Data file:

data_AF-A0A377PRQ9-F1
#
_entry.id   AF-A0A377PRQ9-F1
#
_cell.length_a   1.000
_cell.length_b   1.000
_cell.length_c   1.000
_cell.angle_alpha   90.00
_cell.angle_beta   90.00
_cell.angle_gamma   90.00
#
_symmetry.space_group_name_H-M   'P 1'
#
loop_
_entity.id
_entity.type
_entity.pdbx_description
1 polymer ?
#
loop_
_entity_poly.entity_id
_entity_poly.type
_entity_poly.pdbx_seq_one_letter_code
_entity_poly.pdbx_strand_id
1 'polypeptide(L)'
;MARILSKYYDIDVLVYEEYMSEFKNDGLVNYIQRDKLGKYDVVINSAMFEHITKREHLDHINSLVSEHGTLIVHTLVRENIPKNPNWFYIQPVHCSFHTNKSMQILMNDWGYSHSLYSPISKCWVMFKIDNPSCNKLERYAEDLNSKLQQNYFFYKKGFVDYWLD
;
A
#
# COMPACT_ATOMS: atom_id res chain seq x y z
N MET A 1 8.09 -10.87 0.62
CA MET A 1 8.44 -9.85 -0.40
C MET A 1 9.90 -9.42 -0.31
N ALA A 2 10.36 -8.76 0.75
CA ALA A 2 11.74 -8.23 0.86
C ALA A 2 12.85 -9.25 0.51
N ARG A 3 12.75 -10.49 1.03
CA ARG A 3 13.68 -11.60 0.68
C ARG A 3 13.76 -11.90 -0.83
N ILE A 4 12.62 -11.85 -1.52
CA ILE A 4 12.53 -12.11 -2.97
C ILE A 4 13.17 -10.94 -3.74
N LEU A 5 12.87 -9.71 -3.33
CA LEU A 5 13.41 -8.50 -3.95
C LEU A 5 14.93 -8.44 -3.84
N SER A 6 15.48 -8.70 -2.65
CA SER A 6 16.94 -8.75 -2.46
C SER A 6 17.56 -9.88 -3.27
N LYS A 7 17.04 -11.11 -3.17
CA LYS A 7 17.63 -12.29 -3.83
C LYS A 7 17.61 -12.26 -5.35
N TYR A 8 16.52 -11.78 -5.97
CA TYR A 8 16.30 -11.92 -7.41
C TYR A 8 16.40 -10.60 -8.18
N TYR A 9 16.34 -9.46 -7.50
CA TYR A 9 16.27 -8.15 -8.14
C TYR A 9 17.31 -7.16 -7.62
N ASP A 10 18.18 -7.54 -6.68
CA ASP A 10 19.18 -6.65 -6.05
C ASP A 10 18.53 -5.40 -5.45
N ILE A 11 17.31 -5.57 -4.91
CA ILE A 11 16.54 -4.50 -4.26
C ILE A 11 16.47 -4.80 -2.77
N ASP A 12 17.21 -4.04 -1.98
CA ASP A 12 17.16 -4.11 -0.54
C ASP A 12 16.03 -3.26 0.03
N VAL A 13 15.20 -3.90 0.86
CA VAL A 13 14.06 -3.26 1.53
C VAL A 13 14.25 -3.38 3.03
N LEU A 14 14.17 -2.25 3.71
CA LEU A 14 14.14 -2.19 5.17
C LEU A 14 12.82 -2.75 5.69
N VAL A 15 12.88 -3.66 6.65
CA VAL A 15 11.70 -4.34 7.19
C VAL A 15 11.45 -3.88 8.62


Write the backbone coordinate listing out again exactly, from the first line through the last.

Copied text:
data_AF-A0A377PRQ9-F1
#
_entry.id   AF-A0A377PRQ9-F1
#
_cell.length_a   1.000
_cell.length_b   1.000
_cell.length_c   1.000
_cell.angle_alpha   90.00
_cell.angle_beta   90.00
_cell.angle_gamma   90.00
#
_symmetry.space_group_name_H-M   'P 1'
#
loop_
_entity.id
_entity.type
_entity.pdbx_description
1 polymer ?
#
loop_
_entity_poly.entity_id
_entity_poly.type
_entity_poly.pdbx_seq_one_letter_code
_entity_poly.pdbx_strand_id
1 'polypeptide(L)'
;MARILSKYYDIDVLVYEEYMSEFKNDGLVNYIQRDKLGKYDVVINSAMFEHITKREHLDHINSLVSEHGTLIVHTLVRENIPKNPNWFYIQPVHCSFHTNKSMQILMNDWGYSHSLYSPISKCWVMFKIDNPSCNKLERYAEDLNSKLQQNYFFYKKGFVDYWLD
;
A
#
# COMPACT_ATOMS: atom_id res chain seq x y z
N MET A 1 8.09 -10.87 0.62
CA MET A 1 8.44 -9.85 -0.40
C MET A 1 9.90 -9.42 -0.31
N ALA A 2 10.36 -8.76 0.75
CA ALA A 2 11.74 -8.23 0.86
C ALA A 2 12.85 -9.25 0.51
N ARG A 3 12.75 -10.49 1.03
CA ARG A 3 13.68 -11.60 0.68
C ARG A 3 13.76 -11.90 -0.83
N ILE A 4 12.62 -11.85 -1.52
CA ILE A 4 12.53 -12.11 -2.97
C ILE A 4 13.17 -10.94 -3.74
N LEU A 5 12.87 -9.71 -3.33
CA LEU A 5 13.41 -8.50 -3.95
C LEU A 5 14.93 -8.44 -3.84
N SER A 6 15.48 -8.70 -2.65
CA SER A 6 16.94 -8.75 -2.46
C SER A 6 17.56 -9.88 -3.27
N LYS A 7 17.04 -11.11 -3.17
CA LYS A 7 17.63 -12.29 -3.83
C LYS A 7 17.61 -12.26 -5.35
N TYR A 8 16.52 -11.78 -5.97
CA TYR A 8 16.30 -11.92 -7.41
C TYR A 8 16.40 -10.60 -8.18
N TYR A 9 16.34 -9.46 -7.50
CA TYR A 9 16.27 -8.15 -8.14
C TYR A 9 17.31 -7.16 -7.62
N ASP A 10 18.18 -7.54 -6.68
CA ASP A 10 19.18 -6.65 -6.05
C ASP A 10 18.53 -5.40 -5.45
N ILE A 11 17.31 -5.57 -4.91
CA ILE A 11 16.54 -4.50 -4.26
C ILE A 11 16.47 -4.80 -2.77
N ASP A 12 17.21 -4.04 -1.98
CA ASP A 12 17.16 -4.11 -0.54
C ASP A 12 16.03 -3.26 0.03
N VAL A 13 15.20 -3.90 0.86
CA VAL A 13 14.06 -3.26 1.53
C VAL A 13 14.25 -3.38 3.03
N LEU A 14 14.17 -2.25 3.71
CA LEU A 14 14.14 -2.19 5.17
C LEU A 14 12.82 -2.75 5.69
N VAL A 15 12.88 -3.66 6.65
CA VAL A 15 11.70 -4.34 7.19
C VAL A 15 11.45 -3.88 8.62